He found an outer ring stored at SCR, borrowed the donut frame from another theatre and in the end created what Raiford envisioned with four concentric rings, one of which revolves with the help of more than 130 little wheels. The movement comes from a large loop of wire rope that has a friction drive on the drum and friction drive around the actual turntable. The motorized turntable can spin continuously in either direction for actors to walk or move locations (living rooms, bedrooms, and three restaurants) into place.

The Scene Shop artisans built the structure using Lagerquist’s technical plans created from Raiford’s illustrations.

“Jon and his crew did miraculous things to make all of this work together,” Raiford says.

But that was just one part of the set.

Making a Watercolored Landscape

For another aspect of the world of the play, Stangl was drawn to the idea of watercolors to form the set backdrop on a series of different walls.

“Look through an office window as it’s raining, and you’ll see the colors soften and blend,” Raiford says. “That’s what helped us realize watercolors were a great way to see a soft city landscape in the spring.”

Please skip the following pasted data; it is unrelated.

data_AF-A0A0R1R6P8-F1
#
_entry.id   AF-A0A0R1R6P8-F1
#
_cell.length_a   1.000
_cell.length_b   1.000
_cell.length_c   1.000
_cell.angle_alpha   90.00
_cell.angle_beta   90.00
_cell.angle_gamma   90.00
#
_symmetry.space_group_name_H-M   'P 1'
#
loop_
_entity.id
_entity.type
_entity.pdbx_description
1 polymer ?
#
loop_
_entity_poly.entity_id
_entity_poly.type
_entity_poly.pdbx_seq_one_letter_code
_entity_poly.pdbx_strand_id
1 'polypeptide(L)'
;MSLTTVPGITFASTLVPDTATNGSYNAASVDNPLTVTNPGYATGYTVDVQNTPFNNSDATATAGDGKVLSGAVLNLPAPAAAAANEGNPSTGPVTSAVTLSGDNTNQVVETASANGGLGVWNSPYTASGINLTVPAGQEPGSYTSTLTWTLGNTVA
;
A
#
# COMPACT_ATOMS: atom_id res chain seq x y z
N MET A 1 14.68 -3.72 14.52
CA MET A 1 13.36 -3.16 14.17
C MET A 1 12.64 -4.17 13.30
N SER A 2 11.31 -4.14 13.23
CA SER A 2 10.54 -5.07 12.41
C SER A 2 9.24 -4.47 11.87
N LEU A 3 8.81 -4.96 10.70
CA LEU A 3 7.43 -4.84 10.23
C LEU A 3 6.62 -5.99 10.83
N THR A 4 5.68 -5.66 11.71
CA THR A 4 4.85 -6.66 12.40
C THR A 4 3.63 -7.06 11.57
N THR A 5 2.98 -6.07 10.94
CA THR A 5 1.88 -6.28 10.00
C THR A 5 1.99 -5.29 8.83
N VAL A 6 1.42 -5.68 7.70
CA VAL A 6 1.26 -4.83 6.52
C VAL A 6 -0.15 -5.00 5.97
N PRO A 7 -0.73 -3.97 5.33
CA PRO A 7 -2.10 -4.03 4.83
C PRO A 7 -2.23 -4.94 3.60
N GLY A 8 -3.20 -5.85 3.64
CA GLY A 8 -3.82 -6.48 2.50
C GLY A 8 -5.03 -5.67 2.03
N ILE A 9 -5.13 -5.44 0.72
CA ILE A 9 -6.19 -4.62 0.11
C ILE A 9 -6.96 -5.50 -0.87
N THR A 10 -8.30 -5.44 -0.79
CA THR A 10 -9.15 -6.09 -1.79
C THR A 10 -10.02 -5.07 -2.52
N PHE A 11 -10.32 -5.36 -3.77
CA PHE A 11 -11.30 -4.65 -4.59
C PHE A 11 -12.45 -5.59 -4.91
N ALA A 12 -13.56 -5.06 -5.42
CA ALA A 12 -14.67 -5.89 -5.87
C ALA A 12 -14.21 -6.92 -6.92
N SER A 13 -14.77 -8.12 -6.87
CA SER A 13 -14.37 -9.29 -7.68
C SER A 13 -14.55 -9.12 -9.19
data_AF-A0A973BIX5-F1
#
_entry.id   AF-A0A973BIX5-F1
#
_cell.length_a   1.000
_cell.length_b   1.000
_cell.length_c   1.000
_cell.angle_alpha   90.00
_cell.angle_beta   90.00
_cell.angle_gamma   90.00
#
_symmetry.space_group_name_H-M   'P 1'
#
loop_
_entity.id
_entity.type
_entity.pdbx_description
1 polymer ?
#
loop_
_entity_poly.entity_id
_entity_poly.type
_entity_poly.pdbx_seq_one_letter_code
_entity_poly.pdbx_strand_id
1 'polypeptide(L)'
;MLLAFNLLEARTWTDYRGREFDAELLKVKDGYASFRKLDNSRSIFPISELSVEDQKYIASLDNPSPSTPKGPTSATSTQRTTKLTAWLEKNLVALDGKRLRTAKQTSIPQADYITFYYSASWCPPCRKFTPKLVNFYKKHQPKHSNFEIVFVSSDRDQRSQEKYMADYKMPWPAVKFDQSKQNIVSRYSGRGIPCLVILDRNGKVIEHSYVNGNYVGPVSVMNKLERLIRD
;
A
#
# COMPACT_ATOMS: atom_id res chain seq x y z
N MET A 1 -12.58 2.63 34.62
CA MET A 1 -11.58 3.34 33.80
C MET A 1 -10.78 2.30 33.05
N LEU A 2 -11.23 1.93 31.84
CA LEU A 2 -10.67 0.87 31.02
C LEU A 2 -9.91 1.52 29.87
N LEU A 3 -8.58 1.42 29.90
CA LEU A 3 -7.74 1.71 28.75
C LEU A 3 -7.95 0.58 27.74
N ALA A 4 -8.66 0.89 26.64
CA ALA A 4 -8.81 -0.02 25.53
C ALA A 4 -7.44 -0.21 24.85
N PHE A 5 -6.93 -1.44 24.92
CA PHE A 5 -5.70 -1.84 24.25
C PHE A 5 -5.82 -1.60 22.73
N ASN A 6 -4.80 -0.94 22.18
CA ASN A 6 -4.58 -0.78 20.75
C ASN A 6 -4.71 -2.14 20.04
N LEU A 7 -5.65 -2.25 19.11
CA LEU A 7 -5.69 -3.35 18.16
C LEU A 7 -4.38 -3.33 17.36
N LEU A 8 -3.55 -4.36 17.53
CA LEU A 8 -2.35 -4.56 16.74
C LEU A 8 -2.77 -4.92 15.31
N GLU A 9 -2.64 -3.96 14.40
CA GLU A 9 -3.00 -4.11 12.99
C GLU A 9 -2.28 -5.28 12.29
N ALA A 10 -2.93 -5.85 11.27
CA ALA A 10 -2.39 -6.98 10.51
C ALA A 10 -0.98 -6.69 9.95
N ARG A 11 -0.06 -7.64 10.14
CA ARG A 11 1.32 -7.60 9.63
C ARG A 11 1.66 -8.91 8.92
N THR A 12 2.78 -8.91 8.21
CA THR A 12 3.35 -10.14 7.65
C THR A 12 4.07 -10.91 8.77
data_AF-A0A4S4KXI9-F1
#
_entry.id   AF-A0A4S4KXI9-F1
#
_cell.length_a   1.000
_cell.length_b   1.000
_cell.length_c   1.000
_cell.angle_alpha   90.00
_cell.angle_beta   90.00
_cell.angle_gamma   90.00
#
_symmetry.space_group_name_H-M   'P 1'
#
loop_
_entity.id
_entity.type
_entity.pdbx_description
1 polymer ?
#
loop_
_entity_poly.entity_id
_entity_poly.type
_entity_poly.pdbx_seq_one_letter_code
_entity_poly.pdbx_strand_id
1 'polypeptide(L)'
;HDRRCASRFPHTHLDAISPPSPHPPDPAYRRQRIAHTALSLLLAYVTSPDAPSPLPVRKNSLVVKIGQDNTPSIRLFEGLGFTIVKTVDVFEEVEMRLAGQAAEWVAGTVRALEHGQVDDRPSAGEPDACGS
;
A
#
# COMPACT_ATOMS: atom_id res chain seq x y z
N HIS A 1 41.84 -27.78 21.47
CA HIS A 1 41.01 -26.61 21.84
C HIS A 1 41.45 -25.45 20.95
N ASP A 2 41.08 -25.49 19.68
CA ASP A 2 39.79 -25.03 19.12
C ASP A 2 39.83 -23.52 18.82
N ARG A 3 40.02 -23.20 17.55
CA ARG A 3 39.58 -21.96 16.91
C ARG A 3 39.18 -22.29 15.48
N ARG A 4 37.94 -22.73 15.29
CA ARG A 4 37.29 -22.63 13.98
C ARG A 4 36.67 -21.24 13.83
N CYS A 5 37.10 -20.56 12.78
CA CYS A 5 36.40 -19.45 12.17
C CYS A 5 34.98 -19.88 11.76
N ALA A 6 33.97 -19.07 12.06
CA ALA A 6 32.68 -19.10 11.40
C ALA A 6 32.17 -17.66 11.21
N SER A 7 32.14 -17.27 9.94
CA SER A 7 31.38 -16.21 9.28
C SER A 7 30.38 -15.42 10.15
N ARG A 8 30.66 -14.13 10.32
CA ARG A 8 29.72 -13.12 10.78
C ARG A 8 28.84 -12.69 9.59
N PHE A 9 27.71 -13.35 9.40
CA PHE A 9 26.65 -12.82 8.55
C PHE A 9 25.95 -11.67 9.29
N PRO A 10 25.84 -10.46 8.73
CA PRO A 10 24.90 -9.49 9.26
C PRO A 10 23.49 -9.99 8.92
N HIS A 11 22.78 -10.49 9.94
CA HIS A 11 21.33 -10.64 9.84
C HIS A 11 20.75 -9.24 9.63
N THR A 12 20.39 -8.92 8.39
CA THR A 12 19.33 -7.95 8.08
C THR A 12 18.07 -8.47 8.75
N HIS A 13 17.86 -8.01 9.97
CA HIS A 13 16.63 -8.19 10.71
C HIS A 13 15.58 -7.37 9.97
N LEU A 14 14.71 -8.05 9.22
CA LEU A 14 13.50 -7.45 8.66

He designed 10 walls—muslin fabric stretched over wooden frames that ranged from 16 to 20 feet at the highest points—that were painted to give the feeling of a skyline seen through the rain. Eight of the walls are stationary; two of them have moving doors to allow furniture to move on and off stage. To achieve the watercolor palette, Raiford created several sets of painted elevations to communicate to the scenic artists how to paint the set.

Judy Allen, lead scenic artist in SCR’s Paint Shop, prepared small canvases on which to test the colors. Once approved, her crew had roughly one-and-a-half weeks to finish the panels.

First, the muslin is coated with starch to close the pores of the fabric and mitigate shrinkage. Then, thin layers of white tint and clear coat are applied to prepare the surface for paint. That’s followed by the wash of colors, applied from custom-mixed pots of paint.

“The challenge here is that the colors have to be translucent because of backlighting behind the panels,” says Allen. Light boxes mounted behind the panels can sparkle like stars or serve as high-rise office window lights in high-rises for an urban landscape.